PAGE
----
Nature can be an outlet for many people; to some, it could be trail biking; to others, it could be just looking out the window. And with each outlet, there is a purpose, a meaning, a connection, and an understanding of what nature can provide to benefit many people. Being in nature allows people to promote their well-being by quieting their minds or even building their strength. It’s a beautiful collective environment in the center of everything.
For Leslie Neumann, that transitional change came from looking out onto coastal estuaries with waterways outlining marsh habitats in a little town called Aripeka. She asked herself why in the world she would move from New York City to a little coastal village with a population of 320.
“I lived in New York for 20 years. I loved New York and had my fill in the sense that I could go to galleries and museums several times a week, and I felt as if I had really immersed myself in that world.” Neumann said.
Potentially, there existed a certain absence in her life. Conceivably, she desired a novel beginning that would yield an alternative environment within which she could explore and uncover an untried artistic expression. At this juncture, she encountered James Albert Rosenquist, a prominent American artist and one of the forerunners of the pop art movement. Interestingly, he maintained a residence in both New York and the quaint town of Aripeka, Florida.
“My friendship with Rosenquist led me to visit Aripeka. I got to know his studio assistant, married his studio assistant, and later divorced his studio assistant. I kept coming back to Aripeka but never thought I would live here.”
When Leslie became friends with Diane, a resident of Aripeka, they stayed in touch for many years. It was a single sentence that she read that changed her life. “We would write letters to each other, and she wrote something like, “I am sitting out on the porch, and the moon is full, and the mullets are jumping,” and I thought that’s where I want to be. So it was that moment to let New York go- so I did.”
Her artistic vision did transform when she moved to Florida, inspiring her to explore new forms of expression beyond figure painting. This shift allowed her to fully realize her creative potential and produce even more compelling and captivating artwork.
Settling into her new surroundings, Neumann was struck by the stark contrast between the natural environment and the bustling city life she was accustomed to. With a brilliant array of stars and the soft glow of the moon, the night sky was a breathtaking sight. The sounds of nature were a symphony that played effortlessly, without charge or interruption. As she took in the beauty of her new surroundings, Neumann felt a renewed sense of inspiration, knowing that this was the start of a new and exciting creative journey that would foster her artistic pursuits and benefit her health and well-being.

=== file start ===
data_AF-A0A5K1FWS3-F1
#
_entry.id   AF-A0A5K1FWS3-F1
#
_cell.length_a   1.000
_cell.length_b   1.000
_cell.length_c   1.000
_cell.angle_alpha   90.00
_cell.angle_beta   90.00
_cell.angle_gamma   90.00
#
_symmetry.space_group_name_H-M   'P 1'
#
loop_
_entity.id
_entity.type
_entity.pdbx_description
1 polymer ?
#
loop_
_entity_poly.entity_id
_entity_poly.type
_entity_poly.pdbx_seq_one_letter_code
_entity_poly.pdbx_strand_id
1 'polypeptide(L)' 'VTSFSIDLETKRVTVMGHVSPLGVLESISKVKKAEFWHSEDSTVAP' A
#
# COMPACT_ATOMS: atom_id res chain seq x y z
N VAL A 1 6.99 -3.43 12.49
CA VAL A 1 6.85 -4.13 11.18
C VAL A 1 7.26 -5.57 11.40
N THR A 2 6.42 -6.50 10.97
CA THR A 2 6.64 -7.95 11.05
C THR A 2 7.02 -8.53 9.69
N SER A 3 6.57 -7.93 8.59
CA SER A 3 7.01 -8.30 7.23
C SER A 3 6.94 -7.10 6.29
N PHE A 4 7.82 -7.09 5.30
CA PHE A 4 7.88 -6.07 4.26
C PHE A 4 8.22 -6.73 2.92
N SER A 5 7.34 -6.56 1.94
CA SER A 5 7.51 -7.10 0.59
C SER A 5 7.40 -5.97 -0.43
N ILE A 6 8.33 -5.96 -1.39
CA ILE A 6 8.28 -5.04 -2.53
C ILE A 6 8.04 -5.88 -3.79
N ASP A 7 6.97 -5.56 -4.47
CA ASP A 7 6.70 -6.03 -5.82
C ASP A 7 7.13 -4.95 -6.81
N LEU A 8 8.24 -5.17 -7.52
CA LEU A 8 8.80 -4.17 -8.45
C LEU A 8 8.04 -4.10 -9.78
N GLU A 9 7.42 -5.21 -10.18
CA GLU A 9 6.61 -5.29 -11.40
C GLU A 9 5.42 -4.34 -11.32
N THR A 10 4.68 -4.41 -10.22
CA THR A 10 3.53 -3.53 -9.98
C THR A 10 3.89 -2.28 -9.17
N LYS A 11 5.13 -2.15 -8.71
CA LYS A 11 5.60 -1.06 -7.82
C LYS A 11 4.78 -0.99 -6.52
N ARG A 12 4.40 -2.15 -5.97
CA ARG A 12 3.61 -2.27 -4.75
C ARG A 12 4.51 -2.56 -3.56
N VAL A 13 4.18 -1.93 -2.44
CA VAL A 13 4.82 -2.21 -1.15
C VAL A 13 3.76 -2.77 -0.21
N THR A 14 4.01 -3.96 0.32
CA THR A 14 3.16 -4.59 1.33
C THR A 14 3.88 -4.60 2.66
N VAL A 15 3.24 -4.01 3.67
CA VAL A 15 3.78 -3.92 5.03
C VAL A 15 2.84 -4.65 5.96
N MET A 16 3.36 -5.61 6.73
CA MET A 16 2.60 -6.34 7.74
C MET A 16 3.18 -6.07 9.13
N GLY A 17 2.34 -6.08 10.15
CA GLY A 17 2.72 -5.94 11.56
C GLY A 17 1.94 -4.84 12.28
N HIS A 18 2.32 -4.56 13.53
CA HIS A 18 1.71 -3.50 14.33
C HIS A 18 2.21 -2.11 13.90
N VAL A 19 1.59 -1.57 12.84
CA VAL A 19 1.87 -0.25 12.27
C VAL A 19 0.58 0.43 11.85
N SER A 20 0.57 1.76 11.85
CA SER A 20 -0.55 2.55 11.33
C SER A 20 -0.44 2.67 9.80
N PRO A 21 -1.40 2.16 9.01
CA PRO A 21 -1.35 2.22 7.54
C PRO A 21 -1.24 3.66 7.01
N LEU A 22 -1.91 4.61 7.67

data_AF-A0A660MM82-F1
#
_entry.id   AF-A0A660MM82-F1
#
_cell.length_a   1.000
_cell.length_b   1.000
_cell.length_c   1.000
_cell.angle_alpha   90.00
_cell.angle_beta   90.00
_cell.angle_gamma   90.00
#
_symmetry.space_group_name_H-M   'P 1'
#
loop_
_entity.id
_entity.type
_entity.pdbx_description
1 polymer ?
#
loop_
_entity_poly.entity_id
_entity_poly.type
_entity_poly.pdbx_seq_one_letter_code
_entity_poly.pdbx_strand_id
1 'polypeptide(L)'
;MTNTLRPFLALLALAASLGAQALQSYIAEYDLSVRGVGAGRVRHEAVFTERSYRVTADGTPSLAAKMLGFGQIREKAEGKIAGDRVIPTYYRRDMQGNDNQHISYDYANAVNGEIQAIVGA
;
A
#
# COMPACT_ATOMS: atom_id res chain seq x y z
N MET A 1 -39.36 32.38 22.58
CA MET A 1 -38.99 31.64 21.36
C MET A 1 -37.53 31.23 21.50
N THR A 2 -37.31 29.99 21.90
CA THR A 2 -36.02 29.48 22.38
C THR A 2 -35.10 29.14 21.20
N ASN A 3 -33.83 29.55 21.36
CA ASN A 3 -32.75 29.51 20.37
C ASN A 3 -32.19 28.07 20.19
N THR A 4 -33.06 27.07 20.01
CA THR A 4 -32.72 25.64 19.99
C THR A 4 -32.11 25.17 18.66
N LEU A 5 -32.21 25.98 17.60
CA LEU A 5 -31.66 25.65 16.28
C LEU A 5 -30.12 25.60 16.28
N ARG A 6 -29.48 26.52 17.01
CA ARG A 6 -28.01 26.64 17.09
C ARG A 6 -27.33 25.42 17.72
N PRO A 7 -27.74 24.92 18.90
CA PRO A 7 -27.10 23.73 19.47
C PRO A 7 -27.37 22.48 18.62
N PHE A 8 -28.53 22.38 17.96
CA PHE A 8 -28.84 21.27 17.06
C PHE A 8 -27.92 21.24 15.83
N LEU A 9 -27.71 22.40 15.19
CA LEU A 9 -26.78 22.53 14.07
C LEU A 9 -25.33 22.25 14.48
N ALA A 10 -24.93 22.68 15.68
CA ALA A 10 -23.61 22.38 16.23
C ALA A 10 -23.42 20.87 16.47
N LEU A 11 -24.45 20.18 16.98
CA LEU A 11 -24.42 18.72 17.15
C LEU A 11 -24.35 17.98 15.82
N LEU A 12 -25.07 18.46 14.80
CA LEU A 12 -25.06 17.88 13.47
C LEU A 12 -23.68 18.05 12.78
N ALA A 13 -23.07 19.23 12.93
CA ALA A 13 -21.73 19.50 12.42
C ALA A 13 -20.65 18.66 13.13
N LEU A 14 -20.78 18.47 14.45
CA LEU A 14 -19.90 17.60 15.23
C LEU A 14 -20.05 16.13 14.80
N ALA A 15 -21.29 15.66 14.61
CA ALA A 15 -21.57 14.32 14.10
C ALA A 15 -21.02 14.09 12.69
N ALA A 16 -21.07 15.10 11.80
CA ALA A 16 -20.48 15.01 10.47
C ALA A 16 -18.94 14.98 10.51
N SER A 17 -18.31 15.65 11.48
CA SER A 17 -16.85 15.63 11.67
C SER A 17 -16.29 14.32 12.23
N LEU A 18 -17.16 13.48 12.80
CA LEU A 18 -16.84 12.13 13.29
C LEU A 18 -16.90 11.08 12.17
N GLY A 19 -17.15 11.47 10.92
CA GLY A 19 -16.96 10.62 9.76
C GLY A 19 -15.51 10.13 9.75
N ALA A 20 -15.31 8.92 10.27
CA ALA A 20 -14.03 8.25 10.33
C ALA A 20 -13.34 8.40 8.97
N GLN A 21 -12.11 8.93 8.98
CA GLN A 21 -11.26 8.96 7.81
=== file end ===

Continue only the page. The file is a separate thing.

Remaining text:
Inspired by the beauty of the coastal ecosystems in her backyard, she skillfully captures the intricate details of the natural world on canvas. Her paintings testify to her deep connection with the environment and the awe-inspiring sights she witnesses.
“I bought a kayak, and you are right there down in the water; you’re up close, and so my artwork started to change. All these (paintings) are what you might experience if you were in a kayak,” said Neumann. “I like this point of view because, as you know, when you are out in the salt marsh, there’s a kind of beauty to it, but kind of a creepy quality to it. When I do these close-up views, you are right in that environment. I make things that are seductively beautiful, but they have a little edge of danger to them.”
During our conversation, I asked her about her artwork’s intended impact on individuals not well-versed in coastal ecosystems. Specifically, I inquired about the message she hopes to deliver through her artistic expression to those who lack familiarity with such environments.
“I would want them to think that there’s some mystery in this environment; there’s something wild and a little dangerous and quite beautiful and unfamiliar but captivating,” Neumann responded. “I put in my feelings about the environment; people can feel that. And I ask myself, is there that quality in my work where the message is absolutely there because that little circle in the bottom left-hand side relates to the splashes up in the right all, so of it acts in concert with each other to produce this sense of well-being.”
The artist’s paintings carry a profound sense of purpose and vitality. She skillfully captures the intangible energy of nature, which is often invisible to the naked eye but discernible to those who spend time immersed in it. Her works uniquely evoke a deep connection with the natural world, leaving a lasting impression on those who observe them. “I love that I have the opportunity to present this very integrated body of work, in particular to people who are naturalists.”
Join Leslie Neumann for her exhibition at Brooker Creek Preserve Environmental Education Center on Sunday, October 8, from 1 p.m. to 3 p.m. The event will be held at 3940 Keystone Road, Tarpon Springs, FL. RSVP at 34668.
“I do live in this space where I am much more focused on the aspect of beauty and the fun of creating it than I am on the parallels. But the other half of my life is that I do get out of my studio, and I go work for preservation. It makes me feel it’s okay to go and paint and love my life because I am doing good in the world.” Neumann said.
Join me for part two with the talented artist Leslie Neumann. We will delve into her creative process and explore the sources of inspiration that drive her incredible artwork. Additionally, we will discuss her admirable advocacy for environmental conservation and learn about her initiatives to promote this cause.